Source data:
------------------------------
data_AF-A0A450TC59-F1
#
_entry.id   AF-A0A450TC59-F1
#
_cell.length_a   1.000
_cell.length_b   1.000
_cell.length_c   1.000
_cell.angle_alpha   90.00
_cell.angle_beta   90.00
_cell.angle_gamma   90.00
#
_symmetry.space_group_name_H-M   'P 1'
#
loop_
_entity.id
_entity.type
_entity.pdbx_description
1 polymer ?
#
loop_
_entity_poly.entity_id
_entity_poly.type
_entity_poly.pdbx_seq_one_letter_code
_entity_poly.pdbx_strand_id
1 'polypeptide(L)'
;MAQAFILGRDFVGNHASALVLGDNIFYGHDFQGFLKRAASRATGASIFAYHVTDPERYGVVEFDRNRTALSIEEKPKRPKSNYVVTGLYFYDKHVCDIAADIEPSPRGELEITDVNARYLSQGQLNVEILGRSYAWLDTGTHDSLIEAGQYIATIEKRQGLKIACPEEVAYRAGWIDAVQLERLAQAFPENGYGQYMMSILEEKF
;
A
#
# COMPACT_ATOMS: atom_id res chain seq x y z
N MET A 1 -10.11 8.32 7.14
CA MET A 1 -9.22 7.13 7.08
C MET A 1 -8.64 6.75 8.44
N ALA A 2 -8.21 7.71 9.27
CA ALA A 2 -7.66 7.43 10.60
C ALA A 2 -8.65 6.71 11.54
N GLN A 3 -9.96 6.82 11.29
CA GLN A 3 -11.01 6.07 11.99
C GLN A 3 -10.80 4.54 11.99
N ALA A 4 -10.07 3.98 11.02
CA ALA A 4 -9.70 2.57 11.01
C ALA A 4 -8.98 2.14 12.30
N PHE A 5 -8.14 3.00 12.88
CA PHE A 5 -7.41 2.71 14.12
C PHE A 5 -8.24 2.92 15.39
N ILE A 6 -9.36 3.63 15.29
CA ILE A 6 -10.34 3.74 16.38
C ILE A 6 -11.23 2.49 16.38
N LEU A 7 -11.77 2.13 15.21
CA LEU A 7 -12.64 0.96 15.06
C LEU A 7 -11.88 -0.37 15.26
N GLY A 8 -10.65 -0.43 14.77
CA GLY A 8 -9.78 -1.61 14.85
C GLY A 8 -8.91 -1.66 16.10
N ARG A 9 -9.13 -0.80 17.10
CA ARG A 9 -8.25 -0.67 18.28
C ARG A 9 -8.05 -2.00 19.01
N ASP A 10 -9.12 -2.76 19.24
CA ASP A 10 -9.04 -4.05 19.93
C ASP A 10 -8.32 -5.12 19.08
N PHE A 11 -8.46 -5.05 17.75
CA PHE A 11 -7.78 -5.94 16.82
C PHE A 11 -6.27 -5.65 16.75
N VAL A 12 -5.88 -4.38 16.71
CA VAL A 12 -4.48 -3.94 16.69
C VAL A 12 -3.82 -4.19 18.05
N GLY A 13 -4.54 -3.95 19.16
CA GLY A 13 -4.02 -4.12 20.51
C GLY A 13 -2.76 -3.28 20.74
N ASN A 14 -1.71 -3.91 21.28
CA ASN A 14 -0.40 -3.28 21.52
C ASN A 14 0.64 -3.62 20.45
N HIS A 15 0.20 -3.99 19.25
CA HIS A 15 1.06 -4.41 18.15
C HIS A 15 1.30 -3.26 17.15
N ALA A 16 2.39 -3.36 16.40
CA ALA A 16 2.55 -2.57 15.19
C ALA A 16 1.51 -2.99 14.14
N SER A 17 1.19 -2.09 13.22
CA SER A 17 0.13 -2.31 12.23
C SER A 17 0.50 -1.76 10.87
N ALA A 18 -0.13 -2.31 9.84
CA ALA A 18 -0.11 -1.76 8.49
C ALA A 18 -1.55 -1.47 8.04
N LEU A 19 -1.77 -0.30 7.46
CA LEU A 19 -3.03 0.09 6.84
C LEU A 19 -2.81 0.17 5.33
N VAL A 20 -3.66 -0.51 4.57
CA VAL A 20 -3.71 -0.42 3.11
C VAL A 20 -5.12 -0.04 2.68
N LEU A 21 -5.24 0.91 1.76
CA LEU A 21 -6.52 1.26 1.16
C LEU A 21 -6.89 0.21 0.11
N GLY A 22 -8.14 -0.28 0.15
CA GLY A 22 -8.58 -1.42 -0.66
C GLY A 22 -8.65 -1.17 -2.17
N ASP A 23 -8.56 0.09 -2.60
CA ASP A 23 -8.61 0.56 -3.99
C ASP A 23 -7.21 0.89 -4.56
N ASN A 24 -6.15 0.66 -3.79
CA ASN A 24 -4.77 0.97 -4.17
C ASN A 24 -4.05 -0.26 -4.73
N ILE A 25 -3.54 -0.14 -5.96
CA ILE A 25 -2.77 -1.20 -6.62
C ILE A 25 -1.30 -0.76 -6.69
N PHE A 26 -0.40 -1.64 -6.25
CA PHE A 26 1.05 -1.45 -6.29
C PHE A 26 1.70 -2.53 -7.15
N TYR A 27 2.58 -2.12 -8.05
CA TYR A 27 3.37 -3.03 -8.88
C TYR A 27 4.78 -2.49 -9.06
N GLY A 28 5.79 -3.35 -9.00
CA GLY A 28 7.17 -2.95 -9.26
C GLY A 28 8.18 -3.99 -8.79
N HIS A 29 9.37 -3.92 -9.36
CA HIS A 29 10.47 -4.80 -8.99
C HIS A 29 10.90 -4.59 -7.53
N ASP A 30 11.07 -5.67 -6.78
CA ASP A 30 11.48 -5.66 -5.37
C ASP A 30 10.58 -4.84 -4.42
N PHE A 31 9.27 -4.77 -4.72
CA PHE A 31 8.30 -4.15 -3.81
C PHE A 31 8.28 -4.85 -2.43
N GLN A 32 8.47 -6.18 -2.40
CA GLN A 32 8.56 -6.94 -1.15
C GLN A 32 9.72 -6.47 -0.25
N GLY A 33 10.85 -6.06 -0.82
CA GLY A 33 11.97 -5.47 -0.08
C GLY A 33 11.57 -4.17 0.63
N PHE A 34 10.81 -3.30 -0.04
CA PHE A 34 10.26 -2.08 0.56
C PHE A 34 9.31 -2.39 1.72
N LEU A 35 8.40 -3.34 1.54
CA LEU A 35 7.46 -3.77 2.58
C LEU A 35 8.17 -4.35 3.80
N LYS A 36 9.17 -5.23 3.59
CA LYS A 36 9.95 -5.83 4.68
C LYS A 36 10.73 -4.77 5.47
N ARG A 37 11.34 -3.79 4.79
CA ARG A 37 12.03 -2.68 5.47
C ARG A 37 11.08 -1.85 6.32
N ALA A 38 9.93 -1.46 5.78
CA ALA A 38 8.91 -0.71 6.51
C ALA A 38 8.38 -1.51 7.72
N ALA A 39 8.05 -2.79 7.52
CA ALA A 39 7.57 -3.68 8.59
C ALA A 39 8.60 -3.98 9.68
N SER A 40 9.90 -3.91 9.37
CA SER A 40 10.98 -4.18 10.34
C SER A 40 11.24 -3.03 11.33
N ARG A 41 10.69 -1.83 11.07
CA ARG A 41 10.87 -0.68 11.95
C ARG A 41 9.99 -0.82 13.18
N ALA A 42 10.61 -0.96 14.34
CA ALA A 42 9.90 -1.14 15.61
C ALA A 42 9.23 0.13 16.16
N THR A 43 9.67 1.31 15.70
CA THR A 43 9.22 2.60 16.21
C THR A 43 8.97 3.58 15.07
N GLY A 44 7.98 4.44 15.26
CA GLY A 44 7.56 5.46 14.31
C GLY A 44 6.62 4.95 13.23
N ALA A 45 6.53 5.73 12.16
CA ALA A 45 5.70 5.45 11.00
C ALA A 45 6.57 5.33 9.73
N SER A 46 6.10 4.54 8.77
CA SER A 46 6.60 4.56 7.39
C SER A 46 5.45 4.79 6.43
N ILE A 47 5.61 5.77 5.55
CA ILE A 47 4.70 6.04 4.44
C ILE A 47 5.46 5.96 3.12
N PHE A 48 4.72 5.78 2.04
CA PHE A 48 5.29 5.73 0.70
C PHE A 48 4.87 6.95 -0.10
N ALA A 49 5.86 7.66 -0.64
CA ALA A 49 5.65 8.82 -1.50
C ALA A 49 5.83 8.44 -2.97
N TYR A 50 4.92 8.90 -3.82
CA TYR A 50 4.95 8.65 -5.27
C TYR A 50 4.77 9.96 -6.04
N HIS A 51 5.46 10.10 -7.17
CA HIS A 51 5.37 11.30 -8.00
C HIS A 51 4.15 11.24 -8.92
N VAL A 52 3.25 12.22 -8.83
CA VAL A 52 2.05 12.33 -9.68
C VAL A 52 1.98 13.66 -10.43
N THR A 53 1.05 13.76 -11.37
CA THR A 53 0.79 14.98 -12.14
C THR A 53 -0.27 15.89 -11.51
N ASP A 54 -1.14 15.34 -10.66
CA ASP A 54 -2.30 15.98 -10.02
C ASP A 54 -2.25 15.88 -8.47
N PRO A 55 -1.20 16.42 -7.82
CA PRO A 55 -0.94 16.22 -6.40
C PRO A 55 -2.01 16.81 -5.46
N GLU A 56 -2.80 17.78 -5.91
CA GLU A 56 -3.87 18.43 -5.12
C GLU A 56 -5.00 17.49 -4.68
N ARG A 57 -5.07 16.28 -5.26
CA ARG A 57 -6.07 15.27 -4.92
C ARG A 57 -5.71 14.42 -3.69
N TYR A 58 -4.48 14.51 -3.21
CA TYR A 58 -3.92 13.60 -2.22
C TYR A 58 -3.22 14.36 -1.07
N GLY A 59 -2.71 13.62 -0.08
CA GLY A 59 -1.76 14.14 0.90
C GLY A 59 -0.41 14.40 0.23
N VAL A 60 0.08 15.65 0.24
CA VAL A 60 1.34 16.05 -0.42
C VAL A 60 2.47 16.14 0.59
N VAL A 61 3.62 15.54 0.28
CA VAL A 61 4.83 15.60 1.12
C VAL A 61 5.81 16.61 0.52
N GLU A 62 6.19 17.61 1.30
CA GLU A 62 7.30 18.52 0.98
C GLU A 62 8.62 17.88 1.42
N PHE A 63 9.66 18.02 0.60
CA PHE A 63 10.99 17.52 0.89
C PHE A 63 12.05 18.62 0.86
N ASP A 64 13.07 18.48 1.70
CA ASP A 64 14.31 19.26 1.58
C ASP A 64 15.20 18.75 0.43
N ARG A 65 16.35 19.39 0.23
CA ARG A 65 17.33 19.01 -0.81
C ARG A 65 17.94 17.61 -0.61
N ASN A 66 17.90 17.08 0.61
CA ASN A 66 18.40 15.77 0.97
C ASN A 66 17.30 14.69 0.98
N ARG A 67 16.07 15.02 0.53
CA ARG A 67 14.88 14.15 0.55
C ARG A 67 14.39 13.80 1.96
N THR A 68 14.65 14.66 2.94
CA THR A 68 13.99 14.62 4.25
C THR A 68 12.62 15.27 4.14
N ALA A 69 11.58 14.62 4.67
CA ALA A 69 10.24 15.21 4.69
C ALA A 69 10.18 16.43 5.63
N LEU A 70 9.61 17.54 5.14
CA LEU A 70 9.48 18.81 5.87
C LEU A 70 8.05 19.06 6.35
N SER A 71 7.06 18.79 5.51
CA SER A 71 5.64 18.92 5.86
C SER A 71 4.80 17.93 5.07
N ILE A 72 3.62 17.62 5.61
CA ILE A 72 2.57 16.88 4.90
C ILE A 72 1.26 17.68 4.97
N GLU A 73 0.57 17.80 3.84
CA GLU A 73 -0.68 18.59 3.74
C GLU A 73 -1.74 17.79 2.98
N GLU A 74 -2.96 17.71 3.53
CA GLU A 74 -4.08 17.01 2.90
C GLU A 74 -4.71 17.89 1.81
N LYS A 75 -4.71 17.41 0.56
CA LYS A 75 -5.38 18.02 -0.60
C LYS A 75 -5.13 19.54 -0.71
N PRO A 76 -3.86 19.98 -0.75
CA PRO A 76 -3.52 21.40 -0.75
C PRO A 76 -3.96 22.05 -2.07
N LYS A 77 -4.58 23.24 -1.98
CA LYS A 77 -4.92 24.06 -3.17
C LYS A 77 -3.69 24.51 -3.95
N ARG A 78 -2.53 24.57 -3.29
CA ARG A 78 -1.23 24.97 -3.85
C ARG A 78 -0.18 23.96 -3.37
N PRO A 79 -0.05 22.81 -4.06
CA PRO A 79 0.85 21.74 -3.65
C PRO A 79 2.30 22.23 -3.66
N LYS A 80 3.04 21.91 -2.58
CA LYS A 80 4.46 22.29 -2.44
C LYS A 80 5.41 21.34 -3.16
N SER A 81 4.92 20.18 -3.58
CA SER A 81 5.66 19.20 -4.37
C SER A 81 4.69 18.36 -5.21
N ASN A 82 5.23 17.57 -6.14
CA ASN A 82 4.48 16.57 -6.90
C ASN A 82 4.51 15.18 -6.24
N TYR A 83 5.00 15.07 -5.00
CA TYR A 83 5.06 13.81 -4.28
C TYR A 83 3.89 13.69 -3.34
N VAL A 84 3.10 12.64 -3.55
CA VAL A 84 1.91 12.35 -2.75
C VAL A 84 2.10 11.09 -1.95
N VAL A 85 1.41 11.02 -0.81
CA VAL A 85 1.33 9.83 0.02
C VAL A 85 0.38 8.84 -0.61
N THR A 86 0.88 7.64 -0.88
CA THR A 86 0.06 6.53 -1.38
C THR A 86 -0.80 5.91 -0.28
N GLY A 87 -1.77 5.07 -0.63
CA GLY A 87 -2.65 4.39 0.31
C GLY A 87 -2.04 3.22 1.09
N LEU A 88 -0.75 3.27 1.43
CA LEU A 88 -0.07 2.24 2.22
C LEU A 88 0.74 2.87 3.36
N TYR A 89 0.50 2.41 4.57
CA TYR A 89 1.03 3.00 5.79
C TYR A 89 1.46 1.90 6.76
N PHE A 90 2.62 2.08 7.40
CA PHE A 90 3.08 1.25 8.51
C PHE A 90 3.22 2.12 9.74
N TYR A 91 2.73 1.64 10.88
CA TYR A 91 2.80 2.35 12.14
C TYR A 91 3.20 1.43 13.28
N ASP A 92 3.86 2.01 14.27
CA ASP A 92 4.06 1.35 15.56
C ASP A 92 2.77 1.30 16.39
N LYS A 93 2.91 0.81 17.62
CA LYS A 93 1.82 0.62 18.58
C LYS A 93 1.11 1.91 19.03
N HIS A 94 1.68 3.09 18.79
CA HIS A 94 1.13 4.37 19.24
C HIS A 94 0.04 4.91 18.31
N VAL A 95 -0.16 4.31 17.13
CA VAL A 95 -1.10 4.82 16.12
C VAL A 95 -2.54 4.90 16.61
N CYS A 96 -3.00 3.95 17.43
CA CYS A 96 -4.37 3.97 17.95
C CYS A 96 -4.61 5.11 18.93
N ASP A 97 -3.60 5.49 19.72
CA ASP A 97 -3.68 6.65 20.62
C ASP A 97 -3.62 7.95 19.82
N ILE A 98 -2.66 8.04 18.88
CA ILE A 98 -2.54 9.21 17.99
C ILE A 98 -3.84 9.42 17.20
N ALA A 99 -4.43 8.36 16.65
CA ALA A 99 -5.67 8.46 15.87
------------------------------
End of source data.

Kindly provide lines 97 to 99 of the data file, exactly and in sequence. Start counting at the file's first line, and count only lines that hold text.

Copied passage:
N ASP A 23 -8.56 0.09 -2.60
CA ASP A 23 -8.61 0.56 -3.99
C ASP A 23 -7.21 0.89 -4.56